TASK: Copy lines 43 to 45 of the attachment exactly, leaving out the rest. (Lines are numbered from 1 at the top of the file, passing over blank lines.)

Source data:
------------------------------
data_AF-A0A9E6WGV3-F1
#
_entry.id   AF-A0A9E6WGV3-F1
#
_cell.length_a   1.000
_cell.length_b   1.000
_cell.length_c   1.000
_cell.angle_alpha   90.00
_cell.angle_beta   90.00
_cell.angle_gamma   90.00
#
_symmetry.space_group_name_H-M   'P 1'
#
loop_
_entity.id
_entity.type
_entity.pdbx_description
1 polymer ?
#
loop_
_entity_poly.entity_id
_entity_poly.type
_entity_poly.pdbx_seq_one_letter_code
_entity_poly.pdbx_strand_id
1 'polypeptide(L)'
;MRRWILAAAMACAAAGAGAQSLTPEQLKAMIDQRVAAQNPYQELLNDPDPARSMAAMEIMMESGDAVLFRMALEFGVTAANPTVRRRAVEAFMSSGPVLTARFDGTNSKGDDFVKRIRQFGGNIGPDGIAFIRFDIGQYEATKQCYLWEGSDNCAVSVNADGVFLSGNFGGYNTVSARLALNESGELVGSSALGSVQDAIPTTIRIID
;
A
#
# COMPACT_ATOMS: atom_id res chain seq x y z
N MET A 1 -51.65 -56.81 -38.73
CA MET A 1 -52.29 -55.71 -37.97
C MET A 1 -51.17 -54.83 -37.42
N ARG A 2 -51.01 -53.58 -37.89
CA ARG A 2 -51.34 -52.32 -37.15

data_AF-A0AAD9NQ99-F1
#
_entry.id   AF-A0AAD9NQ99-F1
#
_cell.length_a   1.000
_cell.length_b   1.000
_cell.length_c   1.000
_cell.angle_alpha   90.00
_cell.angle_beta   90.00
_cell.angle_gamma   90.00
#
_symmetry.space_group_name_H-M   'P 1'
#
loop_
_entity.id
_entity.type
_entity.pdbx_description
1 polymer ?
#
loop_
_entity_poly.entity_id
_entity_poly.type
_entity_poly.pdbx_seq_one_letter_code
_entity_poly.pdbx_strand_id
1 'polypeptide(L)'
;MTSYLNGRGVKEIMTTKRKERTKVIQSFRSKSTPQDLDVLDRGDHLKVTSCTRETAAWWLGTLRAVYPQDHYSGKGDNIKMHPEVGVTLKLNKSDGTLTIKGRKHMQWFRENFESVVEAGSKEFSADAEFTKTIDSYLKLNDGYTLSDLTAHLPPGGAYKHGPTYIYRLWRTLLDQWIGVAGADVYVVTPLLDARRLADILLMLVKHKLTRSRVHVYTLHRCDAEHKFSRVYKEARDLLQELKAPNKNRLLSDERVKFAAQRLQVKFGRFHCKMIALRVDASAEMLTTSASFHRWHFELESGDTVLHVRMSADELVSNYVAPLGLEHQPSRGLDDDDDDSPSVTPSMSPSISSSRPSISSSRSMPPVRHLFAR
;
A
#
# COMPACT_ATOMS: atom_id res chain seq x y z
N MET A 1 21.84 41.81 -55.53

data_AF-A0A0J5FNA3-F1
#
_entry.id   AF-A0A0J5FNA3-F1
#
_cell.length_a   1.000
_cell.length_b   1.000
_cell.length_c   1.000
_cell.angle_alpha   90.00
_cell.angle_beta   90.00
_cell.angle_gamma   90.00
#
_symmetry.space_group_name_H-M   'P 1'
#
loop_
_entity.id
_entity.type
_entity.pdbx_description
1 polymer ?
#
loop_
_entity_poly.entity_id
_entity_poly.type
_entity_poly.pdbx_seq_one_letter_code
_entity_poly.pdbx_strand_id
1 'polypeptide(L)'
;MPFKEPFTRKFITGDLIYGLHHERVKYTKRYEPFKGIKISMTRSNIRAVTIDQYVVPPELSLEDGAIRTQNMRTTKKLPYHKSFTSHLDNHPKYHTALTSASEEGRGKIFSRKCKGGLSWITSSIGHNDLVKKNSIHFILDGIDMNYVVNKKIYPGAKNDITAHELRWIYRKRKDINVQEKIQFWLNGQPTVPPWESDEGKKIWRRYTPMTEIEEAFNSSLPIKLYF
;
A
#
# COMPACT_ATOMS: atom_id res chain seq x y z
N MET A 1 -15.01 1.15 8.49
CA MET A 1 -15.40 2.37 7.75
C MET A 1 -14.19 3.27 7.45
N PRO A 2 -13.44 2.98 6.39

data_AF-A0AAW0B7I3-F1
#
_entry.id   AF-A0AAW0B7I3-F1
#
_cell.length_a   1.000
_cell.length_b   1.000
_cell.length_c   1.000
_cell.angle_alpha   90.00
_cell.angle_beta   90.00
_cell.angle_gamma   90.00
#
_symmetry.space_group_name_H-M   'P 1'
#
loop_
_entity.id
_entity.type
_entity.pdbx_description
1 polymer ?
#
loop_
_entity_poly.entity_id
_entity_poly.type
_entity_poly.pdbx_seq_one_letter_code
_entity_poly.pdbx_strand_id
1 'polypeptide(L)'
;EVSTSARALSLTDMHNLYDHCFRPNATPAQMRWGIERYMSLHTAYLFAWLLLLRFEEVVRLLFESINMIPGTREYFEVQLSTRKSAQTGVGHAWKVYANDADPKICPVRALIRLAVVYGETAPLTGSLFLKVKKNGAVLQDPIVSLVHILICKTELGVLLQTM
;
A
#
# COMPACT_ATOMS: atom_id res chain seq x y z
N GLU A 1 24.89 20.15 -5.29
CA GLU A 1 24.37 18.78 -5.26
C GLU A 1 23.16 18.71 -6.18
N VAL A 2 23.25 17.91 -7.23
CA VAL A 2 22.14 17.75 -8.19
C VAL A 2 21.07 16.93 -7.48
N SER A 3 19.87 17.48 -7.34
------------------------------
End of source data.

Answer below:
_cell.angle_alpha   90.00
_cell.angle_beta   90.00
_cell.angle_gamma   90.00